Handmade in 1943 this album documented the angora rabbit wool raising projects operated by the Nazi SS corps at 31 Nazi concentration camps in Germany, including Auschwitz, Buchenwald, Dachau and Ravensbruck. Complete with an Angora fur cover and decorated with the runic lightning flashes of the Nazi SS, it holds more than 150 mounted photoprints, maps, charts, and hand-lettered text. It showcases the operation Himmler was so proud of: the rabbits, their hutches, feeding, and shearing. In Lilac Girls, a scene takes place at the hutches at Ravensbruck Concentration Camp, shown below.
The camp staff forced the Jehovah’s Witness prisoners, known in the camp as “The Bible Girls,” to tend to the animals, making sure the rabbits’ elegant hutches were kept warm in the winter and that special lettuces were fed to the rabbits, fresh from the camp greenhouse. Once these prisoners found out the rabbits’ fur went to line the boots and jackets of German soldiers, they refused to tend the rabbits and were sent to the punishment bunker.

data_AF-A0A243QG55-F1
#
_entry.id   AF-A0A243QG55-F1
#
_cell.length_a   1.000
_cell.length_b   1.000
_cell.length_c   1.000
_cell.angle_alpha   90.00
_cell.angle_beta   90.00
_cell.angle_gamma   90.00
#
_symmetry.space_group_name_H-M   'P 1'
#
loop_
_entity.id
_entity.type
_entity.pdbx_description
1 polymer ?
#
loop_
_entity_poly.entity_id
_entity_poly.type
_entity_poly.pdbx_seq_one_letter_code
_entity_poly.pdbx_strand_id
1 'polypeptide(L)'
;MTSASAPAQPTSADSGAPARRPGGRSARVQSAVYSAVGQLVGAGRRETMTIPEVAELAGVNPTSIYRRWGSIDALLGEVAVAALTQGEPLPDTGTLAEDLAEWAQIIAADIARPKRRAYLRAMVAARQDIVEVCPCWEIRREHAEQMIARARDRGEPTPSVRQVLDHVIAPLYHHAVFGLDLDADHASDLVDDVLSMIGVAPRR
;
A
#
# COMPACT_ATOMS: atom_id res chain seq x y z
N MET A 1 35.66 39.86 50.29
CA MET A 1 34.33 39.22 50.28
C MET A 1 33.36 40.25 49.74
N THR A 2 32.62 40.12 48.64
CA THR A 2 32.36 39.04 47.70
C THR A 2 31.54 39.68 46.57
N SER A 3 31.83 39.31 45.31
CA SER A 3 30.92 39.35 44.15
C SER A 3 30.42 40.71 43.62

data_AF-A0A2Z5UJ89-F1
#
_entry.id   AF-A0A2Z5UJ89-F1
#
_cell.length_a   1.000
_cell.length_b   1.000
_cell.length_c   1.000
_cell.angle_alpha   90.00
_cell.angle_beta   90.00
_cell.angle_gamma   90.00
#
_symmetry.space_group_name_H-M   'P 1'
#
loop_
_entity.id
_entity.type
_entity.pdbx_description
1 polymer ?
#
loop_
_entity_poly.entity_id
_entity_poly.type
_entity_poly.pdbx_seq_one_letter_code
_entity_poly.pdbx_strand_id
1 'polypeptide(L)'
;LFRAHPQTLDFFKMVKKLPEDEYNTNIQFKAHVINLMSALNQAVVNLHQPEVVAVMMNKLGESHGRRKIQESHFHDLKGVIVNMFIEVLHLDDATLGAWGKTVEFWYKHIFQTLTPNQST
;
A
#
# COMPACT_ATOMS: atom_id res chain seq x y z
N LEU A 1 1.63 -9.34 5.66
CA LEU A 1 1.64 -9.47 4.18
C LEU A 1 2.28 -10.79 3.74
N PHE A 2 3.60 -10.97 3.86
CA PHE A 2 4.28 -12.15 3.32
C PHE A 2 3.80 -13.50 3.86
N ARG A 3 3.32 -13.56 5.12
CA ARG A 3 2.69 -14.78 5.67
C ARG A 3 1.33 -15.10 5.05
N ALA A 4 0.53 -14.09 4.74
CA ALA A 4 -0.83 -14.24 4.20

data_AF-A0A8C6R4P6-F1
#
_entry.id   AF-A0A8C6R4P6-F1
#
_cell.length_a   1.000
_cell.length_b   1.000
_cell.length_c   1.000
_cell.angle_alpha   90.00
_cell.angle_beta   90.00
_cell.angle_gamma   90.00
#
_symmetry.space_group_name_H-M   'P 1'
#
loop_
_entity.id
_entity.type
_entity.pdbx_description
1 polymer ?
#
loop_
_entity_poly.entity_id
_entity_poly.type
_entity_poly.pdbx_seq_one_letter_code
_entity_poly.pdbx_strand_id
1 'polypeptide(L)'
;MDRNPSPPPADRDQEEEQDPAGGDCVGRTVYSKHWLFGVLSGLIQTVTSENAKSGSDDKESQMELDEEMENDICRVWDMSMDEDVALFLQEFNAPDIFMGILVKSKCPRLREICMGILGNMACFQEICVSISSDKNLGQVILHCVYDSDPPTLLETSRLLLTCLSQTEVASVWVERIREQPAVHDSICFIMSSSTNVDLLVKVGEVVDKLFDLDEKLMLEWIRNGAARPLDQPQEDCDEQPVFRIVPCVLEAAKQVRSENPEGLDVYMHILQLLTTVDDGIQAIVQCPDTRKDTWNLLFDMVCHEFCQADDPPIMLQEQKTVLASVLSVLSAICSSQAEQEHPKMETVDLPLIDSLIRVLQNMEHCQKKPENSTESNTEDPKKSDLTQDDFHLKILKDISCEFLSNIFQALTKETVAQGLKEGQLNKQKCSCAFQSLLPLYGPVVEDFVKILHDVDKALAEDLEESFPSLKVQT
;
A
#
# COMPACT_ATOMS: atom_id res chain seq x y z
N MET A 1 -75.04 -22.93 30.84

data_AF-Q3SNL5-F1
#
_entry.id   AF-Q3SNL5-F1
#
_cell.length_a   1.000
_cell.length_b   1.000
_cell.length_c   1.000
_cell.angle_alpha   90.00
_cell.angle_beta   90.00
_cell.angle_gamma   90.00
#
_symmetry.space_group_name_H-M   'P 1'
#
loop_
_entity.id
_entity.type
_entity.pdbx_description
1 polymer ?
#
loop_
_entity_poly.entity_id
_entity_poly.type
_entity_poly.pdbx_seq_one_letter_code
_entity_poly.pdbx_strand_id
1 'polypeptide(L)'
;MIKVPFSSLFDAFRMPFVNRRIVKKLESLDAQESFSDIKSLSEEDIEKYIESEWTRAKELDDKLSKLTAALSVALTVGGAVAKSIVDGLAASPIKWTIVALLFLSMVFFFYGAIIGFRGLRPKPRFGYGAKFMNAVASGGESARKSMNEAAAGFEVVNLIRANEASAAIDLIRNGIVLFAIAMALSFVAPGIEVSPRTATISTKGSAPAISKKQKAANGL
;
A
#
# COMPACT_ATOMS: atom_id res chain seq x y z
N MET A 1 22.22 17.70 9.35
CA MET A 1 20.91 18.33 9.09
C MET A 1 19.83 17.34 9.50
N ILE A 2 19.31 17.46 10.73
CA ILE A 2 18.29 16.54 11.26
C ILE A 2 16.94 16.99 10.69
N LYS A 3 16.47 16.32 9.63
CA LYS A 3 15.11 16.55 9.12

The Ravensbruck camp staff treated these animals so tenderly while they starved the women prisoners and forced them to sleep in unheated barracks. It is ironic that the women in Lilac Girls who were experimented on by the Nazis at the camp were nicknamed “The Rabbits.”
Former Chicago Tribune Berlin correspondent Sigrid Schultz acquired the album in 1945, when she assisted the American Counter Intelligence Corps in the search for documents missing from Himmler’s Alpine villa. They found the album, along with other materials documenting Himmler’s crimes, hidden in a barn near Tegernsee, Germany. Schultz brought it back to the United States and donated it to The Wisconsin Historical Society.
Images used with the permission of The Wisconsin Historical Society.